Holyfield only landed eight punches to Lewis' 33 in the round. Holyfield fought back by winning rounds 8 through 11 on two of the three judges' scorecards, with judge Larry O'Connell scoring round 10 a draw. Lewis finished the fight strongly, winning round 12 on all three of the judges' scorecards.

With the decision now up to the judges, television commentators expected Lewis to become the first undisputed heavyweight champion since 1992. However, in one of the most controversial decisions in boxing history, the fight was ruled a split draw. Judge Stanley Christodoulou named Lewis the winner by the score of 116–113, Eugenia Williams scored the fight in favor of Holyfield 115–113 and Larry O'Connell called the fight a draw at 115–115. The referee officiating the fight was Arthur Mercante Jr.


  Stanley Christodoulou   Eugenia Williams   Larry O'Connell
Lewis Holyfield Holyfield Lewis Lewis Holyfield
116 113 115 113 115 115


The decision was met with loud boos from the crowd, while Lewis and his corner were left standing in disbelief. Immediately after the decision was announced, HBO announcers Jim Lampley and George Foreman called the decision "a travesty" and "a shame". Showtime analyst Steve Farhood stated "I've been covering boxing twenty years. I would put this in the top five for the worst decisions I've seen." Roy Jones Jr. said that the decision was the type of thing that made him not want to stay in boxing. Even New York Mayor Rudy Giuliani weighed in, also calling the decision "a travesty".

Most of the blame was heaped upon Eugenia Williams, who had declared Evander Holyfield the winner.[2] Though she initially denied any wrongdoing, after reviewing a replay of the fight, she stated she would have called the fight a draw. British judge Larry O'Connell, who scored the fight a draw, also received a fair amount of criticism. He said he had made a mistake, stating "I feel sorry for myself. I've taken so much stick. But I feel even more sorry for Lennox."[3]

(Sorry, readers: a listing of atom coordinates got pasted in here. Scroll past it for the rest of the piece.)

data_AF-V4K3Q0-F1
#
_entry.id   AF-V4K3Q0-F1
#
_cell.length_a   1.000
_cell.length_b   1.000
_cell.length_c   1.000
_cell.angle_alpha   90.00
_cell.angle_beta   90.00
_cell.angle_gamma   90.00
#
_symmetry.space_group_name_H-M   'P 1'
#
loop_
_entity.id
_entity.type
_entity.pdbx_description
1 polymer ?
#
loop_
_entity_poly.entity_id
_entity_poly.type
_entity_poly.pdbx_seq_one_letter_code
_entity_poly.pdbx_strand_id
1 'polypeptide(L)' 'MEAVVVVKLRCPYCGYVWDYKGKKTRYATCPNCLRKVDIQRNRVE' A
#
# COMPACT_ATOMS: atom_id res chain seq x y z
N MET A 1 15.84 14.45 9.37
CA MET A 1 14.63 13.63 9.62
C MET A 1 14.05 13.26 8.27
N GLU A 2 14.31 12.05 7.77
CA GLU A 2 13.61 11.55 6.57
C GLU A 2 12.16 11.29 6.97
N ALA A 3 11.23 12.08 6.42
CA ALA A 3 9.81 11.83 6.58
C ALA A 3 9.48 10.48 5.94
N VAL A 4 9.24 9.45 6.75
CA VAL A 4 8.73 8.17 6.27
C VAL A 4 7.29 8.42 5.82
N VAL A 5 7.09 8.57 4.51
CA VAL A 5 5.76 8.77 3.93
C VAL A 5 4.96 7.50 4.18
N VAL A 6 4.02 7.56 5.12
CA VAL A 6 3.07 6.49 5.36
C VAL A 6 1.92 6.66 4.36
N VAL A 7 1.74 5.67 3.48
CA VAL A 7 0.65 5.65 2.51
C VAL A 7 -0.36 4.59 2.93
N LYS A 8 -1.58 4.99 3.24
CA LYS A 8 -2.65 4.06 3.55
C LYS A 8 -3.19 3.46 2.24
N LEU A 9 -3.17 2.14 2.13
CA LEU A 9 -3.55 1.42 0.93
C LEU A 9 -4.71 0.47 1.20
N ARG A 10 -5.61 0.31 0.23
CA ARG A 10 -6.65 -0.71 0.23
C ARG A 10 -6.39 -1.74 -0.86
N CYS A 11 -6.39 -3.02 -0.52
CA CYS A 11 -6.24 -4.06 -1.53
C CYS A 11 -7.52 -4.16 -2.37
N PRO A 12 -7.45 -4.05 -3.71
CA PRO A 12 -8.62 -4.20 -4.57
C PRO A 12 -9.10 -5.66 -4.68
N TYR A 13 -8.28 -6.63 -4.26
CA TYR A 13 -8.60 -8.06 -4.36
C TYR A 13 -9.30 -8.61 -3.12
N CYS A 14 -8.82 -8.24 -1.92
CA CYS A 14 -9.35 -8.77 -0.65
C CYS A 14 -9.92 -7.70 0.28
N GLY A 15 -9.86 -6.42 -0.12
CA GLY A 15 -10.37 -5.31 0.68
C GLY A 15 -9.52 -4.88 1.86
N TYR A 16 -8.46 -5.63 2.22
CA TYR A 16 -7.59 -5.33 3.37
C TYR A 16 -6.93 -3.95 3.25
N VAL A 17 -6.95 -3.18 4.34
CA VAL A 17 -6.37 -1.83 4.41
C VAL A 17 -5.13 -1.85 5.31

Almost immediately after the fight, the sanctioning bodies ordered a rematch.[4] The rematch took place eight months later on November 13, 1999 in Las Vegas, this time with the lightly regarded IBO Heavyweight title (which was awarded to Lewis prior to the bout) also on the line. The fight again went the full 12 rounds, this time with Lewis being awarded the victory via unanimous decision, becoming the first undisputed heavyweight champion since Riddick Bowe in 1992.

Lewis was not the undisputed champion for long. The WBA ordered Lewis to face their number one contender John Ruiz. Lewis instead wanted to face Michael Grant in his first defense. The WBA agreed to allow Lewis to face Grant if he would fight Ruiz after, to which Lewis agreed. Ruiz's promoter Don King challenged this decision in court where it was found that a clause in the Lewis-Holyfield rematch contract that said the winner of that bout would next face the WBA's number one contender. Because of this, Lewis was stripped of the WBA title. Soon afterwards the WBA created its "Super World Champion" title, in which a unified champion who also holds a WBA belt is given more time in between mandatory title defenses. Lewis successfully defended his remaining titles against Grant, knocking him out in the second round.

Holyfield then challenged Ruiz for the vacant WBA title. Holyfield defeated Ruiz by unanimous decision to become the first four-time heavyweight champion. The two had a rematch seven months later with Ruiz this time winning via unanimous decision and becoming the first Hispanic heavyweight champion. With each man holding a victory over the other, a third fight was held on December 15, 2001. This time Ruiz and Holyfield fought to a split draw, allowing Ruiz to keep his WBA title.


  1. ^ [1], Las Vegas Sun article, 1999-02-25, Retrieved on 2013-04-22.
  2. ^ [2], Lubbock Avalanche-Journal article, 1999-03-16, Retrieved on 2013-04-22.
  3. ^ [3], Sports Illustrated article, 1999-03-16, Retrieved on 2013-04-23.
  4. ^ Berkow, Ira (1999-03-15). "A Rematch For Holyfield And Lewis Is Ordered". The New York Times. Retrieved 2009-05-22.